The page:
Hilton Park, County Monaghan
Photograph by Jace Rivers
Danny Madden is not yet six years old, and already he’s a dead ringer for his great-great-great-grandfather. I spot this doppelgänger dressed up as a hedgehog shortly after he crawls into Hilton Park’s dining room and halts beneath a marble bust of his forebear.
Little Danny marks the tenth generation to have lived at Hilton Park since Samuel Madden snapped up the land in 1734. Like all Big Houses, Hilton Park was built with entertainment in mind. Approached by a mile-long avenue, the three-story sandstone mansion looks like an Italian palazzo stranded in Irish countryside. The house, known locally as “the Castle,” achieves much of its aesthetic magnificence from a Victorian porte cochere, topped by a stone carving of the Madden family crest. The present house hails from 1734; John Madden expanded it significantly in the 1870s. The industrious John also dug a 135-foot well on the grounds, from which the Maddens still get their water.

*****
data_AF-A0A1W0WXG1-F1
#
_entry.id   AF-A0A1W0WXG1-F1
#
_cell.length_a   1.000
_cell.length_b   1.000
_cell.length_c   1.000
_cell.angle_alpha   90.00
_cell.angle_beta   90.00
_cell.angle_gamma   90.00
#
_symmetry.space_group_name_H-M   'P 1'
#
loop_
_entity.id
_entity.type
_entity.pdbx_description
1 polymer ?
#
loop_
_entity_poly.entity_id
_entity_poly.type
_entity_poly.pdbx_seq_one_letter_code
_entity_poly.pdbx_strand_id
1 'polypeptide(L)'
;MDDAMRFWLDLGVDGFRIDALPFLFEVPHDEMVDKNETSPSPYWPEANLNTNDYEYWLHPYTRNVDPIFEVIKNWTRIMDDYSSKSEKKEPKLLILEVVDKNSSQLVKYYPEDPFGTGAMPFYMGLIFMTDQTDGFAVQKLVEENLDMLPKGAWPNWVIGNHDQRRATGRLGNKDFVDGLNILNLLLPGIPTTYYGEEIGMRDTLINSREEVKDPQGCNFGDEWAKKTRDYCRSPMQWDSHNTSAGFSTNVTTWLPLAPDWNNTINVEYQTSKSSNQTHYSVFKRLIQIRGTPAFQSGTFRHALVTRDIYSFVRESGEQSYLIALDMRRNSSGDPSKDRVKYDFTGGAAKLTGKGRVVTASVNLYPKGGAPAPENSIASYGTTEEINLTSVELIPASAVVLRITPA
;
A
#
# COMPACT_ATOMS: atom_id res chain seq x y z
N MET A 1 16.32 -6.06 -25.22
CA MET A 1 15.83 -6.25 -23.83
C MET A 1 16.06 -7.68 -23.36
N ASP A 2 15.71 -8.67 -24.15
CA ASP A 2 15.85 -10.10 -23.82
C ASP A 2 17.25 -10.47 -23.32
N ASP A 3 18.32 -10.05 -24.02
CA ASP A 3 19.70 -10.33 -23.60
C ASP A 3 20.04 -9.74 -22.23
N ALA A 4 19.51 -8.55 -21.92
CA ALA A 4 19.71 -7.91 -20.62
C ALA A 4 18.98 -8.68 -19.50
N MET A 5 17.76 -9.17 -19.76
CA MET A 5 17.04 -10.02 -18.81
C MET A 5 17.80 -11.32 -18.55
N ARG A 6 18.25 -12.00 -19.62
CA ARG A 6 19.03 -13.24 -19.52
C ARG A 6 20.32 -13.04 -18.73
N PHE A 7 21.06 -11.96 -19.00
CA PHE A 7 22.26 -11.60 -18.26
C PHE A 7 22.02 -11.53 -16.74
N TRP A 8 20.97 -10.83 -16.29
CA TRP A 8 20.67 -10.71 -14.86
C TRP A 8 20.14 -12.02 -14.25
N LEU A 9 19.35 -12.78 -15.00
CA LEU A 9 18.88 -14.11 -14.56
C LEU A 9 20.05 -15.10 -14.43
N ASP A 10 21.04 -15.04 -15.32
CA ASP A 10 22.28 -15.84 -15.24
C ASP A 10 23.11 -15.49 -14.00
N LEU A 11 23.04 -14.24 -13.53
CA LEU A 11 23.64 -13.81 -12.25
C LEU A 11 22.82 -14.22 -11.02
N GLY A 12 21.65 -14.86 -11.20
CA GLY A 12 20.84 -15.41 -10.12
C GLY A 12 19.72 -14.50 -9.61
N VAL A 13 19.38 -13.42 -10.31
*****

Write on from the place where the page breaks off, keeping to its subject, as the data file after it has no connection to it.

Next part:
The dining room ceiling is stuccoed with oak leaves and braided ropes, a tribute to an ancestor who sailed with Adm. Horatio Nelson. At dinner, my wife, Ally, and I sit around a Georgian mahogany table with Karl and Sonja, a visiting couple from Germany, and Johnny Madden, the evening’s host and grandfather of Danny. A wood fire crackles in a Neapolitan marble fireplace. “My antecedents were great fighters,” Johnny says. “Mostly among themselves.” His father lost a leg battling the Germans in World War II, he tells us. Karl says his grandfather tried to kill Hitler. It’s OK to discuss the war these days.
Johnny is an eloquent speaker, holding court on topics from Buffalo Bill to Justin Bieber to the tribulations of a drunken butler who swayed through this very room 12 decades ago. Stick a powdered wig on Johnny’s head, and you might be talking to his ancestor Samuel, who tutored Frederick, Prince of Wales, to become one of the 18th century’s greatest patrons of arts and architecture. In recent years, the sheep-grazed fields at Hilton Park have revived that genteel spirit of cultural advocacy by hosting the Flat Lake Literary and Arts Festival, participants of which have included singer Lily Allen, actor Sam Shepard, and the late Nobel laureate Seamus Heaney.